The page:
Many in the policy community fundamentally misunderstand the problem tax reform should solve. Indeed, like Ken Henry and a number of members of the government, they are convinced the issue is insufficient revenue.

In fact, the biggest issue is that we are far too dependent on a couple of horribly inefficient taxes. And we are overly dependent on these taxes because spending is absolutely out of control in a number of areas.

Recent research by Robert Carling at the CIS has made the scale of these twin problems very clear.

He notes that tax as a share of GDP (at market prices) has been growing for a number of years following the pandemic and currently is “close to the highest it has ever been in peacetime” at about 30% of GDP.

He also calculates real tax per capita for the past 20 years, noting this has been growing at more than twice the pace of real GDP per capita for the past 10 years.

It is also worth noting that these increases in taxation have come at a time when government debt has increased substantially at both the state and federal levels.

The reason for the tax increase and the debt increase is the same: significant temporary spending packages and sustained increases in permanent spending programs.

Of the two, the latter is the most pressing. However, surely even the big-government crowd must now admit that pandemic spending was excessive both in magnitude and duration — as evidenced by the extended bout of inflation it caused.

Nevertheless, it is permanent spending that should worry us; especially in areas like the NDIS.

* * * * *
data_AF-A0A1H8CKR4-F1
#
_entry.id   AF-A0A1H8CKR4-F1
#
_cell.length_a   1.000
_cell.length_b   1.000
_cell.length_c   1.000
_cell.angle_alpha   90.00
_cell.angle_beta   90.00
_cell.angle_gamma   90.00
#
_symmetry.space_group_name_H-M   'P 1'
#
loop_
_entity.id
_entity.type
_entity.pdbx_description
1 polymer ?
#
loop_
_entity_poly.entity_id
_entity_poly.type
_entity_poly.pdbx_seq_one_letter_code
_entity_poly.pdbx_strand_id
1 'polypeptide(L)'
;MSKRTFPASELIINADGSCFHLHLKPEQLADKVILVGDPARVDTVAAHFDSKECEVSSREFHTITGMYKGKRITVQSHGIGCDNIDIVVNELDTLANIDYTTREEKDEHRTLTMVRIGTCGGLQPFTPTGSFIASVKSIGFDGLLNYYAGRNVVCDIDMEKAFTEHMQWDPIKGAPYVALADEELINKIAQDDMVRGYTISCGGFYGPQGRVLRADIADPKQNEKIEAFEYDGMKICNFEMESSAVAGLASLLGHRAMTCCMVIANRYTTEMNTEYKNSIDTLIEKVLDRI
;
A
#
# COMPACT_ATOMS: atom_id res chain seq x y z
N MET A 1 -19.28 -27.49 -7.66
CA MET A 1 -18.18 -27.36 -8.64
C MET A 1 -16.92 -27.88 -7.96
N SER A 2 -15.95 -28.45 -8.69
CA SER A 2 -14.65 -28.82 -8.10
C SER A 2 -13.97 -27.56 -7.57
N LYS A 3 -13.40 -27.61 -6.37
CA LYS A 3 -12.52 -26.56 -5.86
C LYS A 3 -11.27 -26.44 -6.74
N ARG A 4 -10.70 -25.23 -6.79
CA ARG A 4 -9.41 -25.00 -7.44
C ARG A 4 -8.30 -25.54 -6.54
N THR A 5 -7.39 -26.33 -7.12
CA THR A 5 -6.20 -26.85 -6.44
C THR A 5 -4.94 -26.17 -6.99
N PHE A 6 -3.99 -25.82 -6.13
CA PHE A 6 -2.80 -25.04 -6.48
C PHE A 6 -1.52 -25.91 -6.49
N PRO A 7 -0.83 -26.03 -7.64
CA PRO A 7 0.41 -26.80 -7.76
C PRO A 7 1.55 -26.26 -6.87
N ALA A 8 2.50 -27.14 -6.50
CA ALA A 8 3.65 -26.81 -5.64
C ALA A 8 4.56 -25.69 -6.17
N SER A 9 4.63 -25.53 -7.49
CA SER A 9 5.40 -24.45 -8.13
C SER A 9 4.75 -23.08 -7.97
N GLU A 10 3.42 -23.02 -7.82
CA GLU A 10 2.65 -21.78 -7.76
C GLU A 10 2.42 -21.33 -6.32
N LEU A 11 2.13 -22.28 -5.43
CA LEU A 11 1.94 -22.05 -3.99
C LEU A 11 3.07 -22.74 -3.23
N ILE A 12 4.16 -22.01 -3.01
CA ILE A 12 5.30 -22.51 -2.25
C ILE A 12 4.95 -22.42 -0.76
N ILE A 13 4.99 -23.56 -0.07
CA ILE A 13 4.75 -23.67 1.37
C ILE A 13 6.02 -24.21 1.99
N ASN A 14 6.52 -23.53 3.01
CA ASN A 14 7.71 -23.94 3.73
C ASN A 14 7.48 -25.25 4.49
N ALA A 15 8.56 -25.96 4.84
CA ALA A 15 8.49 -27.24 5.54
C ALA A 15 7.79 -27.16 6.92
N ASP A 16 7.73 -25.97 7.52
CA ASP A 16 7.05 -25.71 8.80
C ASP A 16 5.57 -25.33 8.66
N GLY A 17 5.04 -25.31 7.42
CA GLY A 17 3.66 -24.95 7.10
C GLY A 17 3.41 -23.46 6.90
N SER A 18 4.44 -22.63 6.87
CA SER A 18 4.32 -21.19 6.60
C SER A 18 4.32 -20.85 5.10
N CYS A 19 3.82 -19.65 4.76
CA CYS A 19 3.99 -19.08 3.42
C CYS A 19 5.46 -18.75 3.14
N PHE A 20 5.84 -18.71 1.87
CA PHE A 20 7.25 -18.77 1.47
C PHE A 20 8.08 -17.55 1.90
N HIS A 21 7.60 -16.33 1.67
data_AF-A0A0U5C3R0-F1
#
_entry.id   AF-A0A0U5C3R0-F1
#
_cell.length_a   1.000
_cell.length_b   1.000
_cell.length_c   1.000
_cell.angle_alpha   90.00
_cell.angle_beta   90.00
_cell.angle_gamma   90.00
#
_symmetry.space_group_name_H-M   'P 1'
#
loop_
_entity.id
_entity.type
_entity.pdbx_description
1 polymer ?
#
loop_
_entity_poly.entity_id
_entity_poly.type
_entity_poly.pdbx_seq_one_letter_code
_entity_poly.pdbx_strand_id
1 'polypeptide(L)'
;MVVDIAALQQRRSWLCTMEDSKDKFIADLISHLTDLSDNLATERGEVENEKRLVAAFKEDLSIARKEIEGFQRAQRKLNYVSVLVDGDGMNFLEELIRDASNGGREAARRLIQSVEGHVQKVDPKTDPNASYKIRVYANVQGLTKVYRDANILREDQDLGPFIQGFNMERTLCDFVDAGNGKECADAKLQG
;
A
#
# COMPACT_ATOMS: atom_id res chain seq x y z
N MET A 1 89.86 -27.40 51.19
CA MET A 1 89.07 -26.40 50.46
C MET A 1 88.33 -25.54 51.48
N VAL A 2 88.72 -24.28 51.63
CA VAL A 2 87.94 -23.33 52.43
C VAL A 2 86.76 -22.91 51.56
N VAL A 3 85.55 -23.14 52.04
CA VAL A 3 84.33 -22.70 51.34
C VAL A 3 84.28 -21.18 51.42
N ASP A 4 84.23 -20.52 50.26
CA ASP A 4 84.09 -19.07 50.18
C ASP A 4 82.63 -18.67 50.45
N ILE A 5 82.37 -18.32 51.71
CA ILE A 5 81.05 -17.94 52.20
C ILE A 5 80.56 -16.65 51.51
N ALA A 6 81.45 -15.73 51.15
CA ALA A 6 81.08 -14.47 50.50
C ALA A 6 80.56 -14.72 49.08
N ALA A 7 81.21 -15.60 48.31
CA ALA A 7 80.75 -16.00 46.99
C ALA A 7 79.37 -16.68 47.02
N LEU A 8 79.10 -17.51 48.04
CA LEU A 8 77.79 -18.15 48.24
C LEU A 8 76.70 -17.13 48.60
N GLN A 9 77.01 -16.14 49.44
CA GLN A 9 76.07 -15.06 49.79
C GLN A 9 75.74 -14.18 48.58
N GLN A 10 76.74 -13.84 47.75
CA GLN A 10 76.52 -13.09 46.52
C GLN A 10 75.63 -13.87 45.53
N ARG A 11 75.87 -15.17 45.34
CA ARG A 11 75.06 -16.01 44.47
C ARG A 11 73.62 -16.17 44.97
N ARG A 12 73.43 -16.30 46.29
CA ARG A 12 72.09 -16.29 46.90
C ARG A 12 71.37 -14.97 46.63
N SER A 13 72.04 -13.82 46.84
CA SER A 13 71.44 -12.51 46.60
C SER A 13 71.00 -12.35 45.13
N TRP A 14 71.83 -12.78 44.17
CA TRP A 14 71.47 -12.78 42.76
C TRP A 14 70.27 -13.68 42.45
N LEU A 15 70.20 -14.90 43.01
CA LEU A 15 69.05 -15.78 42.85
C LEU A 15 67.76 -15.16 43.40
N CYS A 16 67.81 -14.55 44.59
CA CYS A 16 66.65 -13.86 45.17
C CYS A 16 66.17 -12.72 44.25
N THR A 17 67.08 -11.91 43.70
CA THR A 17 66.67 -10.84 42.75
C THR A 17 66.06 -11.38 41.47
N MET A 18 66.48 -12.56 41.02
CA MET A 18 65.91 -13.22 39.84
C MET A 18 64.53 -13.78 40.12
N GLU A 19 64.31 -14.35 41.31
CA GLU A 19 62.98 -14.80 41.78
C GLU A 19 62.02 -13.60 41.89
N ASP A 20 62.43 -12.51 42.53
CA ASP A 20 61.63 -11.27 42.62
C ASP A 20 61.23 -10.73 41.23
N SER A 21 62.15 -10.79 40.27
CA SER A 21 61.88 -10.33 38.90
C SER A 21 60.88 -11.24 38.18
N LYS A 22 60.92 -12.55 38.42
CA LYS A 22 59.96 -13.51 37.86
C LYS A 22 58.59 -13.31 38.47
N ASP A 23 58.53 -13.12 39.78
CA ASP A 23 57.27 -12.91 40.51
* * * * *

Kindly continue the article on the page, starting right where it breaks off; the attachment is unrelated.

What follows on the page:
It will require a level of policy maturity — which has been in rare supply for years — to now bend down the NDIS cost curve. It’s not like these problems were not foreseeable. As my then-colleague Andrew Baker warned back in 2012, the NDIS will “grow to become the new leviathan” of our welfare system.

Nor is it just the NDIS that is of concern. Despite the abject failure of the last round of massive increases in school funding to improve results, the government is clearly looking to repeat this failed experiment.

Meanwhile the population continues to age, increasing spending on health and pensions, and pushing aged care costs through the roof.

The important thing to understand is that these problems cannot be solved by tax reform. Increasing revenue won’t fix it, because these costs are growing faster than any revenue source possibly will. The desire for additional spending is effectively infinite.

That said, there are many areas where tax reform would be able to make a genuine difference to economic growth. Lowering the tax burden, especially on companies, would be a great boost to business investment.

However real tax reform requires a focus beyond equity and a willingness to make trade-offs. In the current political environment, neither can be found in sufficient quantities.

Consequently, it seems the best we can hope for is that tax reform stays in the too hard basket.

Simon Cowan is Research Director at the Centre for Independent Studies.